"On March 8 , Toronto's Church of the Redeemer hosted a teach-in on missing and murdered aboriginal women and girls in Canada. Black signs ... bore the names and ages of murdered women. Keynote speaker Dr. Dawn Lavell-Harvard, vice-president of the Native Women's Association of Canada, outlined challenges faced by aboriginal females -- from poverty and predators to racism and systemic oppression. 'Our women experience greater rates of poverty, incarceration, child welfare apprehension, more violence' she said. 'They are more likely to go missing, more likely to be murdered and less likely to ever see justice'." The Native Women's Association of Canada has documented the cases of more than 600 missing or murdered women, and is tracking them at a rate of three to four new cases each month". Lavell-Harvard expressed anger at the federal government's refusal to call a national inquiry into murdered and missing women".
"'Thousands of Canadians wake up every day in a rundown apartment, a crowded hostel among strangers or even out in the cold', said Murray MacAdam, social justice and advocacy consultant for the diocese of Toronto, told the 'Anglican Journal' as people across Canada prepared to observe National Housing Day on Nov. 22 ".
"The English explorer Sir John Franklin led two overland expeditions in search of the Northwest Passage through the Arctic in 1819 and and again in 1825, both of which brought him to The Pas (or Opasquia, as it was known then). According to information from Sam Waller Museum in the present-day town, Franklin was impressed by the small 'island of civilization' in the wilderness, and he and his wife, Lady Jane Franklin, later sent a sundial as a gift to the Church of England Mission at the site, which later became Christ Church" (p. 1). One of the first expeditions to search for Franklin "was led by Sir John Richardson, who had been a comrade of Franklin on some of his first voyages. It was during a time when the Rev. James Hunter was overseeing the construction of a church for the Devon Mission, as it was then called, and records indicate that carpenters from the Richardson company made some articles of furniture, such as chairs, chests of drawers, the font, communion rail and a reading desk" (p. 11). "The Rev. Rebecca Graham is now the priest at Christ Church, and her husband, Remi Rheault, has been researching the history of the Devon Mission ahead of its 175th anniversary, which will be celebrated in September 2015" (p. 11). "A chest of drawers in which church paraments are stored is stamped 1835, U.K., which leads [Rheault] to believe that it came from the captain's quarters of Richardson's ship" (p. 11).
"Council of the North members gathered in Edmonton from Feb. 9 to 11 to decide how best to use donations from Anglican parishes, groups and individuals that amounted to $160,000." "More than $80,000 came from the Amazing Grace project, in which parishes and groups, sang Amazing Grace and sent video to the General Synod office in Toronto ... About $80,000 also came from individuals and groups across the country". "The council settled on two spending priorities. The first is suicide prevention and intervention because suicide rates, particularly among young people, in the remote communities are among the highest in the world." "The other priority is training and leadership development." Bishop David Ashdown, Council chair, particularly mentioned "training in congregational development and stewardship. Each diocese will propose a leadership training program to be discussed when the council meets in April ".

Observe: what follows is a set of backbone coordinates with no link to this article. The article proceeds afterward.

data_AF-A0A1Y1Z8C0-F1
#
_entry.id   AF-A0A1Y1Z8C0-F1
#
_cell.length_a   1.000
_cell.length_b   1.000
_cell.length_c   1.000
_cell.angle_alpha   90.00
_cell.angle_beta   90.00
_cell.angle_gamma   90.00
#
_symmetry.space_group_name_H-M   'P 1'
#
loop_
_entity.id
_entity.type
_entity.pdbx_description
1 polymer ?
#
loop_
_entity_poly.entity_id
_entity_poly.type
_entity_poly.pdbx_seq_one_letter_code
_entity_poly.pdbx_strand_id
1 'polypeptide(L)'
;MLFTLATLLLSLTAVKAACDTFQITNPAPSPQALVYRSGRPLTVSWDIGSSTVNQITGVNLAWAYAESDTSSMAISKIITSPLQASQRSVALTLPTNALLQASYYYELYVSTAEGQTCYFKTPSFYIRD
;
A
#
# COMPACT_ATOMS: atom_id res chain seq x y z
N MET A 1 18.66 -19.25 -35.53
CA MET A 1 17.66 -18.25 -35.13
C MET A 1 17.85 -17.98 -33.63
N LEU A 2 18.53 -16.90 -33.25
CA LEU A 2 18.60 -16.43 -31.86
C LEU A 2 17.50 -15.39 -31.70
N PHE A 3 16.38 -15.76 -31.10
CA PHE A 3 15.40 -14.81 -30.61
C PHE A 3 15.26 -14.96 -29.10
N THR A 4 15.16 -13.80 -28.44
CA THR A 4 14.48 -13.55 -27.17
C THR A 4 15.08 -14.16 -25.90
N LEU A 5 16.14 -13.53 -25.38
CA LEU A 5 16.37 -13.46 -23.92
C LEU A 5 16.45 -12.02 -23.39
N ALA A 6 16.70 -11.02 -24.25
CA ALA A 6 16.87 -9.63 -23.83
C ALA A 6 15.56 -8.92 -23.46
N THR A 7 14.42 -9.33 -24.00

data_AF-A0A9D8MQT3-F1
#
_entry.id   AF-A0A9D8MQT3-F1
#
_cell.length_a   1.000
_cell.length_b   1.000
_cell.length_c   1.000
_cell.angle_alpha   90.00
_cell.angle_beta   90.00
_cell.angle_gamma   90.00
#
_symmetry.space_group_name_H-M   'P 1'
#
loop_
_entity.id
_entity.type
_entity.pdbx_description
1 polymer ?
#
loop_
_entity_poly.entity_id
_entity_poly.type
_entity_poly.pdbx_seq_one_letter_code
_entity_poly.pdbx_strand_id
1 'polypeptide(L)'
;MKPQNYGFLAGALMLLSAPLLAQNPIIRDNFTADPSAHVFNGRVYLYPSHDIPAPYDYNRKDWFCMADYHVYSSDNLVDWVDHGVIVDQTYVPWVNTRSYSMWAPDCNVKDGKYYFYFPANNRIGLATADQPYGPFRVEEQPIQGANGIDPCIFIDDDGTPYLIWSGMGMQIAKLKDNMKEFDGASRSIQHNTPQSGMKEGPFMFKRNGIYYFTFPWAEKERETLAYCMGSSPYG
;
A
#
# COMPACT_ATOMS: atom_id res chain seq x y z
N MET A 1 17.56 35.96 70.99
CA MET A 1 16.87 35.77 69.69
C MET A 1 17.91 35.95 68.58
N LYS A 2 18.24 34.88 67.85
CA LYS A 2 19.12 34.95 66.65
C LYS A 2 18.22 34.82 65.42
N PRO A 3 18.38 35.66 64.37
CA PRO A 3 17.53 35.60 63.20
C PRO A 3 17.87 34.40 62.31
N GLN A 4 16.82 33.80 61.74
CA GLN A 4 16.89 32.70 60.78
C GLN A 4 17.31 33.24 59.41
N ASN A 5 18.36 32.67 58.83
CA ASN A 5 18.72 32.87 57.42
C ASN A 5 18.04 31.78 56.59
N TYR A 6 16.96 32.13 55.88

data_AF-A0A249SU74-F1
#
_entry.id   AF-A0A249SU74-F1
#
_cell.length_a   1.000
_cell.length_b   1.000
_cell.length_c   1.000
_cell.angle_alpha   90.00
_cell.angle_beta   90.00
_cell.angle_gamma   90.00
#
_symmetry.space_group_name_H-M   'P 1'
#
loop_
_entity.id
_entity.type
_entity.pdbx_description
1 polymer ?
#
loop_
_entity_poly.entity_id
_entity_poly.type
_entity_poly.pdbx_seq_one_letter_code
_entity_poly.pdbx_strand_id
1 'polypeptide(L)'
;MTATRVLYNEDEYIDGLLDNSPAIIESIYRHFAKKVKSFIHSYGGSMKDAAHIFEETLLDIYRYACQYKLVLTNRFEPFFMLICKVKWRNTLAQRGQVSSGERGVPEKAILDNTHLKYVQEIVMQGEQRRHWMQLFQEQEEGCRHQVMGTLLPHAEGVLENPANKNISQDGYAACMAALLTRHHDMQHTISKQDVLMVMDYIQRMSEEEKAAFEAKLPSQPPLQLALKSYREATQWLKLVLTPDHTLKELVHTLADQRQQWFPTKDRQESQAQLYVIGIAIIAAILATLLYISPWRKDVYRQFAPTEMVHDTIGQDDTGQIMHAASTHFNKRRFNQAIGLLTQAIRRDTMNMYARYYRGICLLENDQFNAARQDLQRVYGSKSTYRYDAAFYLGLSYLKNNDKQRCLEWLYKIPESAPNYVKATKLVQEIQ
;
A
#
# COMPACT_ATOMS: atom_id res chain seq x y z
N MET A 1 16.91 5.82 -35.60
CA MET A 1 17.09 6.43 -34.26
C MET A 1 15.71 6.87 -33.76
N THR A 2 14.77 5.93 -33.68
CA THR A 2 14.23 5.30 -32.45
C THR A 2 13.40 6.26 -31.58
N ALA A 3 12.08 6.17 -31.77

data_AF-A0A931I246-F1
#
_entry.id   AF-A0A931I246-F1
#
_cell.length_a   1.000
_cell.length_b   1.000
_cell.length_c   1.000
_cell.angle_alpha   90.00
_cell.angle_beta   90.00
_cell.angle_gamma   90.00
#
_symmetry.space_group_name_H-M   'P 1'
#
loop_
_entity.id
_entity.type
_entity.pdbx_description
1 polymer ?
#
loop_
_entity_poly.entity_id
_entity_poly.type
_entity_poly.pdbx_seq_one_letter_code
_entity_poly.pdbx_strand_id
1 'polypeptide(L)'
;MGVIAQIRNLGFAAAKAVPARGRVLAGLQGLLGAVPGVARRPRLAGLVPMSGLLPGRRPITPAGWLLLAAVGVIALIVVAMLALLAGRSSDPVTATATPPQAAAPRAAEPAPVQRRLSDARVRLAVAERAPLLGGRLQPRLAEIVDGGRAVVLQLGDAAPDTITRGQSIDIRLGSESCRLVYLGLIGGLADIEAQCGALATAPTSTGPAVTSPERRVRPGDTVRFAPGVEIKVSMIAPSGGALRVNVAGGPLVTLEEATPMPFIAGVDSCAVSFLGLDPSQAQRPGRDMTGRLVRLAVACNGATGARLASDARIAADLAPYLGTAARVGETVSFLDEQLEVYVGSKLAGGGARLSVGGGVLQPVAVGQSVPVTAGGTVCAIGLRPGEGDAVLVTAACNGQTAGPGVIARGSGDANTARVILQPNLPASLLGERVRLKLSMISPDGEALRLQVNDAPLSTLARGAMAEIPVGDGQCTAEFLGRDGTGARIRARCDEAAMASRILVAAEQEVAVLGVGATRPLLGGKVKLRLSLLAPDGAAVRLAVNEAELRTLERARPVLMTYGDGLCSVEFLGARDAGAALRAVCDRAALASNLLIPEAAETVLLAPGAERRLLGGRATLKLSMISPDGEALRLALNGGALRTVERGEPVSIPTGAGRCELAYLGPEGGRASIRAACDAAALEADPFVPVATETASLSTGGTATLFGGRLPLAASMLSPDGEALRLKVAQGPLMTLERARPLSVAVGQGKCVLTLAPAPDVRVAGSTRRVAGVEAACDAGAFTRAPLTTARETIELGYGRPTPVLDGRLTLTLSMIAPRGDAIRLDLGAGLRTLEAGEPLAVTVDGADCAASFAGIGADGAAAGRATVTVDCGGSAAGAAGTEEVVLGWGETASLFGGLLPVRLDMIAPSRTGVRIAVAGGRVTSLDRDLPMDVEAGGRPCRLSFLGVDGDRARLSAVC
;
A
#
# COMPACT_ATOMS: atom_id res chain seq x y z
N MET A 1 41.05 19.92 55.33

"Before being appointed in 2012 as the Anglican Church of Canada's special advisor for government relations, the Rev. Laurette Glasgow spent 37 years working for the federal government. She was a diplomat for 26 of those years, including as ambassador to Belgium and Luxembourg, and as Canada's Consult General in Monaco. During her discernment process, she was asked why she was giving up diplomacy to become a priest. 'I said, "Well, I'm an ambassador for my country, and I'm going to be an ambassador for Christ". They're different, but they draw from some very similar things'." In answer to the question "Why does the church need a special advisor for government relations ?", Glasgow replied: "You need to be able to have a voice that will articulate the voice of the church, particularly on behalf of those who don't have a voice themselves with people who have power, people who have influence, people who are shaping policies and laws that are going to affect the lives of Canadians and also of those beyond our borders".